Scientists at York University hope to find strategies for using food waste to provide new feedstocks.
York University’s Green Chemistry Centre of Excellence launched the Biowaste Industrial Symbiosis Network (BIS) at a technology fair in California.
The project aims to realise the value of food supply-chain waste as an alternative carbon source for bio-chemicals, bio-materials and bio-fuels.
The network, run by PhD student Lucie Pfaltzgraff, involves engineers, chemists, biotechnologists and food technologists from academia and industry. The project was awarded a European Co-operation in Science and Technology grant.
Professor James Clark, director of Green Chemistry Centre of Excellence, said: “We want to bring about a critical mass of researchers and stakeholders to harness the potential of food supply chain waste as an alternative carbon source to produce commercially viable chemical commodities.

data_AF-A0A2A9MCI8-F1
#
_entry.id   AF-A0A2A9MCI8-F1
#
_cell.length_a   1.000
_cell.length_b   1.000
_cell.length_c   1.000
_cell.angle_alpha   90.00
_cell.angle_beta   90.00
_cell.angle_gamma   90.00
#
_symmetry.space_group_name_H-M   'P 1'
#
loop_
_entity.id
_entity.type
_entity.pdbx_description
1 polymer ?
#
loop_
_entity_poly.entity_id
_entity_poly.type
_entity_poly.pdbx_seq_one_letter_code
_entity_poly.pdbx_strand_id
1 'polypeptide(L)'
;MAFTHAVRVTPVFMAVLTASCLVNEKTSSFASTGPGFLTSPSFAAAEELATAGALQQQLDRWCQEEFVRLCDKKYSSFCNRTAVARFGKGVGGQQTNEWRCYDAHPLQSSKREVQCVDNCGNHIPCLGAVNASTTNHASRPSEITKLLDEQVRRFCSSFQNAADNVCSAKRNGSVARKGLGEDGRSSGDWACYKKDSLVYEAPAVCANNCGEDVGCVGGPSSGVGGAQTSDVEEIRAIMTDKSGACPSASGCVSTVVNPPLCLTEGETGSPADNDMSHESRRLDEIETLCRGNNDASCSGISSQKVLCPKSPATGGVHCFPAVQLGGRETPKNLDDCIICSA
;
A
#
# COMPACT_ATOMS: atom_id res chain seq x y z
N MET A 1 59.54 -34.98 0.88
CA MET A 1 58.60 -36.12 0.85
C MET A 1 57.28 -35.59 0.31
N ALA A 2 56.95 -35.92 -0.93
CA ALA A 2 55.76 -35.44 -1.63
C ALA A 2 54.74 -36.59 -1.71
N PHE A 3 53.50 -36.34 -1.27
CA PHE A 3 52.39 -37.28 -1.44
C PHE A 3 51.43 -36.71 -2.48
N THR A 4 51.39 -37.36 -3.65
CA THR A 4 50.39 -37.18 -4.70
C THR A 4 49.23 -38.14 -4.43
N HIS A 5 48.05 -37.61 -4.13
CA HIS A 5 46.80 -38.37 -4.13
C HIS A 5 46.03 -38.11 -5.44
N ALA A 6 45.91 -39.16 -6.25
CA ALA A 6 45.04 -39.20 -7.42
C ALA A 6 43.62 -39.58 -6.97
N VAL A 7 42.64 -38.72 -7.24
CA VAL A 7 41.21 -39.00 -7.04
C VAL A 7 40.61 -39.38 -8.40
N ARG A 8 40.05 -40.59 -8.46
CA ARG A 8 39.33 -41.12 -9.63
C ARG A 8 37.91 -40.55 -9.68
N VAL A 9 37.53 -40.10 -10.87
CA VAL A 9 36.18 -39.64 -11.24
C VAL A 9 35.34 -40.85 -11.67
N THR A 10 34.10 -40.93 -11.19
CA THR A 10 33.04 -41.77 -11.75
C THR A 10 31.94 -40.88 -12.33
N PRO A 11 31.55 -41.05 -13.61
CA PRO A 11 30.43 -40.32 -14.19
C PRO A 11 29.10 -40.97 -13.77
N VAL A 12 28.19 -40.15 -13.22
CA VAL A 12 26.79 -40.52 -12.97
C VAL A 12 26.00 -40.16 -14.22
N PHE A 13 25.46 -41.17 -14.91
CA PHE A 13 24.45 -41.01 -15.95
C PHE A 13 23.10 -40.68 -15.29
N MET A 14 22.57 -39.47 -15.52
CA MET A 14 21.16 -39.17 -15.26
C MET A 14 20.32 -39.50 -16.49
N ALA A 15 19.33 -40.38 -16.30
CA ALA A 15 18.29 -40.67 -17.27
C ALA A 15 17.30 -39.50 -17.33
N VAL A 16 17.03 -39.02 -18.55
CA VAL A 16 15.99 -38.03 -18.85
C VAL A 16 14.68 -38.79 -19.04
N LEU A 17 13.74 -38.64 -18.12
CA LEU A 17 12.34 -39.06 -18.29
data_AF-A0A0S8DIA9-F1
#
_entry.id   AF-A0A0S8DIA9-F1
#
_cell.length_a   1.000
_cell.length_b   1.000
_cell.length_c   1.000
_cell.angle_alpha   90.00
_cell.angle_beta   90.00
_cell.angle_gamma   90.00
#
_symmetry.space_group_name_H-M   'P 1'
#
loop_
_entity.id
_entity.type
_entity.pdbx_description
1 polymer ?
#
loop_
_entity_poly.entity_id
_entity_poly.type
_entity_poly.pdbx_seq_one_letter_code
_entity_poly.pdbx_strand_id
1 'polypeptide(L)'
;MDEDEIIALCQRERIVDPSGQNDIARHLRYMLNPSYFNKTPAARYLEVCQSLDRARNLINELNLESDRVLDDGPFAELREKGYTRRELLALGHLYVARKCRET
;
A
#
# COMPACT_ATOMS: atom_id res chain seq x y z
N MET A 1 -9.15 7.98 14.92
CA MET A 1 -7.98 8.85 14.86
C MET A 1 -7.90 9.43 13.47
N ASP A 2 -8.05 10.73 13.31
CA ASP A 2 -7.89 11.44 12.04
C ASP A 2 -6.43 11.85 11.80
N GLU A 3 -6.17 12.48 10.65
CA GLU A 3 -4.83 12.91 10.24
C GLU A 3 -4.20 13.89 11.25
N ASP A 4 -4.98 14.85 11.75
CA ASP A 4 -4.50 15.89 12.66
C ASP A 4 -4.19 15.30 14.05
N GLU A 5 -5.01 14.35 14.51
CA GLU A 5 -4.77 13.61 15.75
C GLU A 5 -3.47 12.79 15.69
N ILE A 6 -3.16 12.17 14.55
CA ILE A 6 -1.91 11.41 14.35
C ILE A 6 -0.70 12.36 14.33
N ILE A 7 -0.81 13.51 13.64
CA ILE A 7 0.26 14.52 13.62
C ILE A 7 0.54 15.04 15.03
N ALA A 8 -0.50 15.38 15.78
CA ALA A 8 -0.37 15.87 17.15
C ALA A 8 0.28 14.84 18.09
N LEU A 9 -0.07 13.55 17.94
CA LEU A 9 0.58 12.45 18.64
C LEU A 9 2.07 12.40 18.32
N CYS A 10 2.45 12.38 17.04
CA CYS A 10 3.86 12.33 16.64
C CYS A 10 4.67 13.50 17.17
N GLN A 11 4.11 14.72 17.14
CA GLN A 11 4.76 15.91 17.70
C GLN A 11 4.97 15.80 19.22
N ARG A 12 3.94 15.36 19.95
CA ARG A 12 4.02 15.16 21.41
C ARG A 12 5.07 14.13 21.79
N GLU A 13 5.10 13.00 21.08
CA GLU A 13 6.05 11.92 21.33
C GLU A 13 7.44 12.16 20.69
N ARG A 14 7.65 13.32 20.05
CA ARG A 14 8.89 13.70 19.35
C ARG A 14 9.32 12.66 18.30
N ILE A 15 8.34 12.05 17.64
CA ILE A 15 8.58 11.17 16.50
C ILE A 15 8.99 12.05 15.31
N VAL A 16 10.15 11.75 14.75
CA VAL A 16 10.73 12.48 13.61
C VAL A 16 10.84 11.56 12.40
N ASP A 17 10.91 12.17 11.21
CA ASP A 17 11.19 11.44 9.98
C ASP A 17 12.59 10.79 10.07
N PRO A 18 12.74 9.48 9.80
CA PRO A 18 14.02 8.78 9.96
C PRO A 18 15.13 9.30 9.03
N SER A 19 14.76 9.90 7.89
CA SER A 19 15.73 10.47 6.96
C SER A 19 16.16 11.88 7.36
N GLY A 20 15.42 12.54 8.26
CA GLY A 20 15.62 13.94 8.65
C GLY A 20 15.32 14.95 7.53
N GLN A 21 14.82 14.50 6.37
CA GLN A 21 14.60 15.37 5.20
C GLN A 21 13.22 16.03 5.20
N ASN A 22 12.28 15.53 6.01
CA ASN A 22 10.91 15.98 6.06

“As well as harnessing skills and expertise that cross scientific borders, covering biology, chemistry, biotechnology and food science and technology, the network will include experts in environmental and economic assessment. The EU support we are receiving is an acknowledgement that food supply chain waste is an important area of scientific study that has potential to change significantly the way we live.”
The BIS Network includes members in China, UK, Spain, France, Greece, Finland, Cyprus, Vietnam, Italy, Germany and Brazil, and is already seeking new members from industry, academia and NGOs.